A cross-cultural sound of music
An upcoming performance in the city will see Israel and Bengaluru musicians coming together with flute, clarinet, trumpet, trombone, French horn and more
BENGALURU: Picture this: A conductor steps on stage but instead of a written score, he uses a series of signs to communicate and improvise with members of the orchestra. This is what lies in store for Bengalureans this Friday at Alliance Francaise de Bangalore, where members of Israeli orchestra Castle in Time will rely on ‘soundpainting’. “This is what makes our orchestra unique,” says Matan Daskal, the co-founder, composer and conductor of the orchestra, as he explains, “Soundpainting is a multi-disciplinary sign language that allows a conductor to communicate live with his musicians without needing a written score.”
“Think of it like a live food counter, where you don’t plan anything beforehand. So instead of looking at a score musicians look at their conductor for cues,” adds MR Jagadeesh, director, operations, and head of the jazz and contemporary department at The Bangalore School of Music. The concert, which is in collaboration with the Consulate General of Israel in Bengaluru, is a part of the Bangalore School of Music’s East West Music and Dance Encounter 2020.
As part of this, members of Castle in Time will also perform with faculty and students of the city music school, forming an orchestra of around 20 members from both countries. “The first 25 minutes will be soundpainting by us and then we will perform with the Bengaluru musicians, where we will all perform a written score by us, which incidentally is the first one we composed,” says Daskal, who adds that the 70-minute composition will be brought down to 35 minutes.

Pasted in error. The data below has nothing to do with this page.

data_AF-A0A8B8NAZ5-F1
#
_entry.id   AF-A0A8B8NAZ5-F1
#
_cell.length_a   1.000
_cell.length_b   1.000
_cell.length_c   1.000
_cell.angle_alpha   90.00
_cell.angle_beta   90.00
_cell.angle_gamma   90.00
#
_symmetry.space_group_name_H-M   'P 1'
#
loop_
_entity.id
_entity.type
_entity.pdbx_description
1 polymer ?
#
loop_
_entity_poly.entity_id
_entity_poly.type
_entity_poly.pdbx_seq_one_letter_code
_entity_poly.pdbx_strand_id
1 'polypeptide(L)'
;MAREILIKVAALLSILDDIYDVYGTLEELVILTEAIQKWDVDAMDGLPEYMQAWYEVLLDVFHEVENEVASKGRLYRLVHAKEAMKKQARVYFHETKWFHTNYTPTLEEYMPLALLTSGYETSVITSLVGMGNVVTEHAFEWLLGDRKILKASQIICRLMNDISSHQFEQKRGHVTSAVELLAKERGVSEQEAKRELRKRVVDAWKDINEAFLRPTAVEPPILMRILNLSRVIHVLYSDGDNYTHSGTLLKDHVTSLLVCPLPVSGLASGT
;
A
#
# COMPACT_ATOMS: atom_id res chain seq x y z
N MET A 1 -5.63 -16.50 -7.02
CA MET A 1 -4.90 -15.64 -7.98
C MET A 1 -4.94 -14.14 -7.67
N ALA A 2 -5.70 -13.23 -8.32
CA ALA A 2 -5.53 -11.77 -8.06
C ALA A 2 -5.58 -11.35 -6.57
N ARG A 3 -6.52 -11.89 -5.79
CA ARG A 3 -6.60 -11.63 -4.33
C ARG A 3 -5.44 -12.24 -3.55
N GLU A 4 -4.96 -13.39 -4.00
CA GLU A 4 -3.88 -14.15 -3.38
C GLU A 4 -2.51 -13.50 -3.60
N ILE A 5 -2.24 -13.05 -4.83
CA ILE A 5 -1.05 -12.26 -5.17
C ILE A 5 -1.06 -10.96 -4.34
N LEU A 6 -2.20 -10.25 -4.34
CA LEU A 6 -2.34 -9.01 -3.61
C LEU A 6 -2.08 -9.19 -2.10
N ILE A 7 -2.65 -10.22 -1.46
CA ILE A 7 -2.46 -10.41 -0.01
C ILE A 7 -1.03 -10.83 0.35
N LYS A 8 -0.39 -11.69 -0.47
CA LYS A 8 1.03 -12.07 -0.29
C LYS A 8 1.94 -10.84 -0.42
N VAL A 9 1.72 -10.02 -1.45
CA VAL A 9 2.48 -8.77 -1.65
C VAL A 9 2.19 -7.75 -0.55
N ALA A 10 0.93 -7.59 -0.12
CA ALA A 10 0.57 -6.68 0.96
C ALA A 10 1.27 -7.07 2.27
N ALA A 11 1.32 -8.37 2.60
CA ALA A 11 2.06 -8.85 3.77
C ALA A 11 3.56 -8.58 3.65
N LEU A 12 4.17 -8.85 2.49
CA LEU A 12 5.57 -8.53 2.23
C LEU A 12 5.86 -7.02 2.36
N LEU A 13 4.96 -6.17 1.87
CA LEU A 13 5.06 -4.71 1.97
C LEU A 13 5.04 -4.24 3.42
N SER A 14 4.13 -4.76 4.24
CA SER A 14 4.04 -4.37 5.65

While Castle in Time has 23 musicians in total, including Daskal’s brother and mother, only seven will be performing in the city this Friday. The range of instruments they usually play includes flute, clarinet, trumpet, French horn, trombone, harp, electric guitar, electric bass, violin, cello and double bass, with Daskal saying not many contemporary orchestras like this existing in Israel when they came into existence in 2015. And there’s nothing but love between all the members of the orchestra, with CEO and co-founder Tal Donner Rozenrot saying, “It’s not like a rock band so there are no ego clashes. Everyone is like one big happy family.”
Interestingly, the mixed group of musicians did not get to practise together until a few days before their concert. “So bringing out artistic nuances could be a challenge,” says Daskal, adding that this would be their first international orchestra collaboration. But the collaboration is more than just musicians coming together, insists Jagadeesh, who adds, “It’s also an integration of cultures, with so much to learn from each other.”
Agree Dana Kursh, Consul General of Israel to South India, and Ariel Seidman, Deputy Consul General of Israel to South India, who say, “A collaboration between two countries is always great. A common thread that goes through every sphere of the relationship that India and Israel share is that we both do things innovatively, without ignoring our heritage. We find new ways of manipulating them to fit the modern day and this is clear in the work these musicians are doing together.”